In mid-June the Dutch naval architecture firm C-Job released "Safe and effective application of ammonia as a marine fuel," a thesis written by the firm’s Lead Naval Architect Niels de Vries for the Marine Technology Master of Science program at the Delft University of Technology in the Netherlands. While the thesis delivers an extensive assessment of ammonia's potential effectiveness as a marine fuel, it breaks new ground in its consideration of ammonia's safety in this context.
This week, two industry members of the Ammonia Energy Association announced that they have launched a "strategic collaboration." Coming from opposite ends of the ammonia energy value chain, one specialized in production and the other in combustion, this new partnership allows the two companies to "complete the chain of using ammonia as an energy solution."
This year's ammonia conference in Rotterdam, the third annual NH3 Event, begins two weeks from today. Since our guest post in March, announcing the initial roster of conference speakers, the organizers have confirmed new speakers, added more sessions, and announced further details.
The NH3 Event is a two-day conference, taking place on June 6 & 7, presenting "state of the art solutions and innovations on the subject of Sustainable Ammonia." Although the conference hall is already close to capacity, a few dozen tickets remain available through the NH3 Event website.
One of the most interesting unanswered questions surrounding green ammonia is this: what about urea?
Last month, a major announcement by Stamicarbon ("the world market leader in design, licensing and development of urea plants") implies an answer: in the long-term context of climate change, urea as a fertilizer may simply need to be phased out.
Stamicarbon announced its new Innovation Agenda at the company's "Future Day" event in Utrecht in April. Its Innovation Agenda covers three areas: speciality fertilizers, digitalization, and "Renewable production of fertilizer (using wind or solar energy to produce fertilizer)."
Earlier this year the Dutch company Duiker Combustion Engineers shared a company paper with Ammonia Energy that targets ammonia energy as an application for the company’s proprietary stoichiometry-controlled oxidation (SCO) technology. The technology’s original commercial deployment in petroleum refining occurred in 2010, and now the company sees potentially broad applications for it as a sustainable energy expedient in the industrial and electricity sectors.
After two successful years, the NH3 Event returns on June 6 & 7 in Rotterdam, the Netherlands, for the third edition. Ammonia is still an underestimated route to achieving a sustainable energy economy. At the NH3 Event, members of the energy community, including the public, NGOs, policy-makers, industries, and academics — including well-known experts, developers, and scientists — gather to present the latest research results and commercial achievements, and to discuss new application fields and business prospects for ammonia in energy solutions. And this year with very interesting names!
Last year, Yara Sluiskil, in the Netherlands, upgraded its existing ammonia plant by introducing a hydrogen pipeline connection, thereby reducing its reliance on fossil fuels. The pipeline was commissioned in October 2018 and now "ensures the efficient and safe transport of hydrogen," which was previously a waste-product at Dow's nearby ethylene cracker. Already, the project "delivers a CO2 saving of 10,000 tons" and a decrease in energy consumption of "0.15 petajoules (PJ) per year."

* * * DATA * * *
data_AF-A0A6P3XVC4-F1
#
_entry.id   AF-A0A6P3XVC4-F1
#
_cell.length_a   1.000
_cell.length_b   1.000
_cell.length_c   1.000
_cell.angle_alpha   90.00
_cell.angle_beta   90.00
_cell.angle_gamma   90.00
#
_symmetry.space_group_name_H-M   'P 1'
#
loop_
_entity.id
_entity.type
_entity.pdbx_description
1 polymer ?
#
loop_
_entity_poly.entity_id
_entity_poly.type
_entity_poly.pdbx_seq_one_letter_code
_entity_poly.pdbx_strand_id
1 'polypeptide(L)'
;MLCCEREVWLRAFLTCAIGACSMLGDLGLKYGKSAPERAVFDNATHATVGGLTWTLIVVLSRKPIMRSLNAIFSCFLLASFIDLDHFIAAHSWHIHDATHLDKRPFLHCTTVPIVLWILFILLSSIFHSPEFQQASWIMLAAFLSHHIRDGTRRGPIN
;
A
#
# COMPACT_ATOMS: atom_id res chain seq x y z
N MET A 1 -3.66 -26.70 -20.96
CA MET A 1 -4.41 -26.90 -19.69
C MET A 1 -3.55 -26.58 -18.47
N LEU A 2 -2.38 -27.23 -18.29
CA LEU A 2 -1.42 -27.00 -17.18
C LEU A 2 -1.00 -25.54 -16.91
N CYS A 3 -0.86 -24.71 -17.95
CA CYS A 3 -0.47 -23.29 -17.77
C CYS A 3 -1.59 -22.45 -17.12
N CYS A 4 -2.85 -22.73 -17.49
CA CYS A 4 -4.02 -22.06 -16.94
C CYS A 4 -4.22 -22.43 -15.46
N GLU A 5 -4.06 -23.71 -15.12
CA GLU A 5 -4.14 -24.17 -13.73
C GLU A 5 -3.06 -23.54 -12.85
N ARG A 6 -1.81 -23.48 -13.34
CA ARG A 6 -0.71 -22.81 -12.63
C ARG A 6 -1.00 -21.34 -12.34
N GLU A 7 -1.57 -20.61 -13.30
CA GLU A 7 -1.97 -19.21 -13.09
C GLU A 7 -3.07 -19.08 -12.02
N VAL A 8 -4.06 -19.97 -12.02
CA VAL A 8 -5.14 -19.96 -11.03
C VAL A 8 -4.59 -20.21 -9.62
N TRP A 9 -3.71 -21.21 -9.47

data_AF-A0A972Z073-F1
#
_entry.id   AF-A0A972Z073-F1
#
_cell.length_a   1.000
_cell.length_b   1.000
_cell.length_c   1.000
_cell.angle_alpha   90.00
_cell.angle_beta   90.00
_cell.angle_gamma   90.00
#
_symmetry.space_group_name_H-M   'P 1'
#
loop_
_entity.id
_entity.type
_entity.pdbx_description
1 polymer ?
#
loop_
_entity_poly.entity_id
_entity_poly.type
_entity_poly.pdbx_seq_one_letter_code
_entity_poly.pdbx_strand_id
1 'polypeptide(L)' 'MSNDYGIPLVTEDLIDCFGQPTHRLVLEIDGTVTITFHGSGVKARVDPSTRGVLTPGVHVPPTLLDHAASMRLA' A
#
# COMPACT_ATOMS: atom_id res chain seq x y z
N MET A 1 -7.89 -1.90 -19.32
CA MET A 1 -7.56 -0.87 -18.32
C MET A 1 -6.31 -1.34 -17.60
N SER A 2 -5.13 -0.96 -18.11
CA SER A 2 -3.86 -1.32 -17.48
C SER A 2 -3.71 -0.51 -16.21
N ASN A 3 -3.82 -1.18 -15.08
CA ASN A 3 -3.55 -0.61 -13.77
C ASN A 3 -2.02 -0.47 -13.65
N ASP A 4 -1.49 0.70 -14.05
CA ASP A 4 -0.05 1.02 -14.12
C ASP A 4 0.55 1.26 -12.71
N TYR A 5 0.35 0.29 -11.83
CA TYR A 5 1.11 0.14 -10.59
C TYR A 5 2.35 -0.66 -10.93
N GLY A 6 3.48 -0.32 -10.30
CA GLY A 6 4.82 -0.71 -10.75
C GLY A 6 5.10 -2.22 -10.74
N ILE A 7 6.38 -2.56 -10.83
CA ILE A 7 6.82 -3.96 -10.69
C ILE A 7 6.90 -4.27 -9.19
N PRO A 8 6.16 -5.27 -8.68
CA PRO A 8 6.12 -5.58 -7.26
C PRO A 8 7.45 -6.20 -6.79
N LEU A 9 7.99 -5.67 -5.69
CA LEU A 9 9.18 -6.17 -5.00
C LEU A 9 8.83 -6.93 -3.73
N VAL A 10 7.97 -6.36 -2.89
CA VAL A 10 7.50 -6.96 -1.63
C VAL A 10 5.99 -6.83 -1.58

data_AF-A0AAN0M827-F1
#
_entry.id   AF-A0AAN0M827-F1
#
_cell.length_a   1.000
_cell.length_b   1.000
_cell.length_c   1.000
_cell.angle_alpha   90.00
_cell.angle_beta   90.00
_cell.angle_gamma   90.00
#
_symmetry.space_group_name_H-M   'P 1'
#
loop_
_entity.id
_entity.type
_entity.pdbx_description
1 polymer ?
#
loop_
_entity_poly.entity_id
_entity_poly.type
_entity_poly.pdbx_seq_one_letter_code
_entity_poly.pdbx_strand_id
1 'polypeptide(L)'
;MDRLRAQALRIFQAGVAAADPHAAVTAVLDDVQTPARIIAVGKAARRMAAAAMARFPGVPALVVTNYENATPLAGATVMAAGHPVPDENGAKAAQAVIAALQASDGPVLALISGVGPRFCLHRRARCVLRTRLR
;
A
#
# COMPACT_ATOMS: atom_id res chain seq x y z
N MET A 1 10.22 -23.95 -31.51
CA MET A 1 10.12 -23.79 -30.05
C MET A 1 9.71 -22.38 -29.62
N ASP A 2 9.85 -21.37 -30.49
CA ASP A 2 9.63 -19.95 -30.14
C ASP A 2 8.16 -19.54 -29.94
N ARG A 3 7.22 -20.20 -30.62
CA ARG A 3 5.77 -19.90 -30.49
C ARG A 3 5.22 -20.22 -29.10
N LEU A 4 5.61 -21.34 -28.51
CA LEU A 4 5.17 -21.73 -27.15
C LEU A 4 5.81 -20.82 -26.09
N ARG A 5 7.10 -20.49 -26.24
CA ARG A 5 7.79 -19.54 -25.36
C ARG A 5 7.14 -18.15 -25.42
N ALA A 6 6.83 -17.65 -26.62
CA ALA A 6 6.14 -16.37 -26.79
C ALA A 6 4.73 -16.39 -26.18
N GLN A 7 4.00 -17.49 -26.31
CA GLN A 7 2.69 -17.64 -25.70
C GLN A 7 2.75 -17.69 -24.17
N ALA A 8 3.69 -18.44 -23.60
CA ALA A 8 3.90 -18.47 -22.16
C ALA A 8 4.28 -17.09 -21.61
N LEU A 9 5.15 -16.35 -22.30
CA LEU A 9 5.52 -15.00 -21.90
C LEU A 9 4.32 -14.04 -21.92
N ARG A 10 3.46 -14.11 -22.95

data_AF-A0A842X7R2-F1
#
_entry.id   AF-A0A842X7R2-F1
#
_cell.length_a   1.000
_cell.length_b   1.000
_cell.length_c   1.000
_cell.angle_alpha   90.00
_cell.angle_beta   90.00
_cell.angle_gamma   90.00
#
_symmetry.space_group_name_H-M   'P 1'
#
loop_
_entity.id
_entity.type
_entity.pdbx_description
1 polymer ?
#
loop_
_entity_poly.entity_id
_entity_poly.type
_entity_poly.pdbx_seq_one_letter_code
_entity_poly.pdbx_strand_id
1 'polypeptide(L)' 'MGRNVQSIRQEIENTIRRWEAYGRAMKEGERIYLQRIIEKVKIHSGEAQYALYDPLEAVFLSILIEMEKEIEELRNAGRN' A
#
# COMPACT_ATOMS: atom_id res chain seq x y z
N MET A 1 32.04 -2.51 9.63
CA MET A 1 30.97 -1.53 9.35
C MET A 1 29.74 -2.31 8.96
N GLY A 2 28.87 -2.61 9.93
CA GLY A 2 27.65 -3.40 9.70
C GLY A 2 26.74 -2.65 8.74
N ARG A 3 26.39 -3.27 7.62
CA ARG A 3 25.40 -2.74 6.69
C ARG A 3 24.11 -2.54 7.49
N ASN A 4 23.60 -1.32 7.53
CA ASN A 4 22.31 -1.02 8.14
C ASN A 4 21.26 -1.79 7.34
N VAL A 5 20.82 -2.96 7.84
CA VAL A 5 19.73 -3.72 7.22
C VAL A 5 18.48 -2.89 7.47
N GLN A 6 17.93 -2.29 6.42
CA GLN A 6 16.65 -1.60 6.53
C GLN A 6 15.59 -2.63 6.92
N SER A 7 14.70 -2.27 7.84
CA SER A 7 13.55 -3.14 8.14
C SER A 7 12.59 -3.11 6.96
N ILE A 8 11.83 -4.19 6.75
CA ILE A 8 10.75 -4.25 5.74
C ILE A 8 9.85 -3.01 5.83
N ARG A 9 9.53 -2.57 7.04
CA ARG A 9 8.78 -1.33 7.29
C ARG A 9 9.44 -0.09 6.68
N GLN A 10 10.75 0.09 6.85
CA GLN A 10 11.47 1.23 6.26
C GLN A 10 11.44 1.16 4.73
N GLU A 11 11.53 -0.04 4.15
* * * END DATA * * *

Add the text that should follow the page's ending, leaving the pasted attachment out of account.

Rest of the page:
This is, perhaps, the first ammonia plant decarbonization revamp, and it shows that it is both possible and affordable to reduce emissions from existing ammonia plants today.
Dutch start-up Battolyser BV was today declared the winner of Industrial Energy Enlightenmentz 2018. The award was announced at the annual Industry & Energy event, held at the Brightlands Chemelot Campus in Geleen, which this year focused on the theme When Electrons Power Molecules.
At the NH3 Energy+ Topical Conference last month, Hans Vrijenhoef of Proton Ventures gave the opening presentation, co-authored by Fokko Mulder of TU Delft, in which he described the battolyser's robust combination battery and electrolyzer. He also mapped out Battolyser BV's technology development and investment pathway, beginning with the kW-scale pilot plant that is already underway and expected to be operational by Spring 2019, and a MW-scale, modular, containerized plant which should be complete by the end of 2020. Reaching a technology readiness level of TRL8, Battolyser BV then aims to increase industrial scale swiftly, demonstrating a 100 MW unit by 2025 and a 1 GW battolyser by 2030.
In the last 12 months ...
National oil companies in Europe and the Middle East are looking to satisfy East Asian demand for clean hydrogen by exporting carbon-free ammonia. One of the biggest global LNG exporters is investigating ammonia for the same market, as it considers Australia's future as a renewable energy exporter. Oil majors are assessing ammonia's role in implementing an affordable hydrogen economy, looking toward fuel markets in California and Europe. And the biggest coal producer in China is funding the development of "the world’s first practical ammonia-powered vehicle."
In the last 12 months ...
The vision of a worldwide network of affiliated ammonia energy advocacy groups drew closer to reality. This a step toward fulfillment of a goal that was conceived in 2016 when the NH3 Fuel Association convened a Global Advisory Board. The idea was to launch a body that “could help ammonia energy proponents in different countries organize nationally or regionally focused ammonia energy advocacy bodies.” Over the last year, all four of the Advisory Board’s 'Ambassadors' played leadership roles on behalf of ammonia energy in their respective countries.